He grasped the bolt handle again, chambered another round, and aimed into the open wound. Three.

If a person knew nothing about Nancy, and they were to look just at the photos arranged around her bedroom, they would probably come away with the impression that her son was much younger than he really was. The same was true all over the house: the pictures showed an age progression that stopped abruptly just after elementary school, as if the boy in the picture frame never grew up, or had simply disappeared.


He was now certain that his mother was dead, and so the first phase of his plan was complete. A success.

He left the rifle on the floor, with the fourth empty cartridge still in the chamber, next to Nancy’s black slippers and her carefully bookmarked copy of Train Your Brain to Get Happy. He returned to his end of the upstairs hall — to the computer room, and the unlocked safe within.

A few minutes later, he went down the stairs, carrying the rest of what he would need. There was the sound of a car starting, and then the automatic garage door closing after it. He turned left out of the driveway, onto Yogananda Street, and then headed west. He never came back.

* * *

Thirty minutes later, a fuel truck was backing up the driveway. The delivery driver was making his regular rounds, and Nancy’s house was one of the stops on his route, so — totally oblivious to the scene upstairs — he got out and connected the truck’s hose to the intake nozzle next to the garage, and began pumping heating oil into the 275-gallon tank in the home’s basement. He would recall that on this frigid morning, the garage doors at 36 Yogananda were closed, the lights in the house were turned off, and he hadn’t noticed any activity at all inside. Then again, he had been making deliveries to that big yellow house with the forest-green shutters for the last five years, and never once had he seen anyone inside.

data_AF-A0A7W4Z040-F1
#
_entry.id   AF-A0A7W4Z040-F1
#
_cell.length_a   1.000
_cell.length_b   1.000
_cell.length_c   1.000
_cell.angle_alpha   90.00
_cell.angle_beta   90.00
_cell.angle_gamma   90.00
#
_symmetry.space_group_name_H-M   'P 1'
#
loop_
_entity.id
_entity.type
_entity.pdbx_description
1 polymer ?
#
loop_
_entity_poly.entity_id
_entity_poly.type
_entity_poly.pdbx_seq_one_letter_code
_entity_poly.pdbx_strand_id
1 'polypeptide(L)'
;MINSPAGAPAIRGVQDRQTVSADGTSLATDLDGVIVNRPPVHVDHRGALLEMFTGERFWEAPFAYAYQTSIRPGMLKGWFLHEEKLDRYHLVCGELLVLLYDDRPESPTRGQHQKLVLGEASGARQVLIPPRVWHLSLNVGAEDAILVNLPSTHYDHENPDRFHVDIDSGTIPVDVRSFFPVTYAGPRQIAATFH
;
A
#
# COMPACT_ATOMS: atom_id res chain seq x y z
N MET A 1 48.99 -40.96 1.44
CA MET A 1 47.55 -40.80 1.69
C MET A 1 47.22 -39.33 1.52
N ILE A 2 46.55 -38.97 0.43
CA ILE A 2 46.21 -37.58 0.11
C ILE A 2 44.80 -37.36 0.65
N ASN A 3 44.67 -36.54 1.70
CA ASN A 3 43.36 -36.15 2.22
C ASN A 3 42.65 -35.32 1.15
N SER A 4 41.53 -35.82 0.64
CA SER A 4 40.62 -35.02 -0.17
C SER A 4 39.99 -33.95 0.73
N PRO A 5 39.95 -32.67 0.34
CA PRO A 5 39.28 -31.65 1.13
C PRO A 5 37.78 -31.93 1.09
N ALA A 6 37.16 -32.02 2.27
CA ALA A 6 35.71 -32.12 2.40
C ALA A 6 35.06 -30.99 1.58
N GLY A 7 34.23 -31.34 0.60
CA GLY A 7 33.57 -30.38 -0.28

Most of the neighbors knew there was a middle-aged woman who lived there, up in the yellow house. A few had faint memories of another resident: a young man, thin and pale, who never spoke. It seemed like no one had seen him in years.

The driver completed his delivery, and headed back the way he came, pausing to leave an invoice in the mailbox at the bottom of the driveway. He signed it, and scribbled the date: 12-14-12

* * *

For the next two hours, Nancy’s body lay undisturbed — still tucked under the covers, as if sleeping in her bed. All was still in the house, and all was quiet. Periodically, the silence was broken by the sound of police sirens passing by in the distance, in the town at the bottom of the hill. Once, a helicopter passed low overhead, traveling west.

At 11:47am, the phone in the downstairs study rang. The machine picked up, and Nancy’s friendly voice answered: “Hi, you’ve reached the Lanza residence. Please leave a message, and we will get back to you as soon as possible.” *BEEP*

Through the answering machine’s speaker, a man’s voice filled the empty house. He identified himself as a Lieutenant Brown with the Newtown Police Department, and advised that if there were anyone inside, they should pick up the phone.

The house went silent again. Then the SWAT team broke through the front door with a battering ram.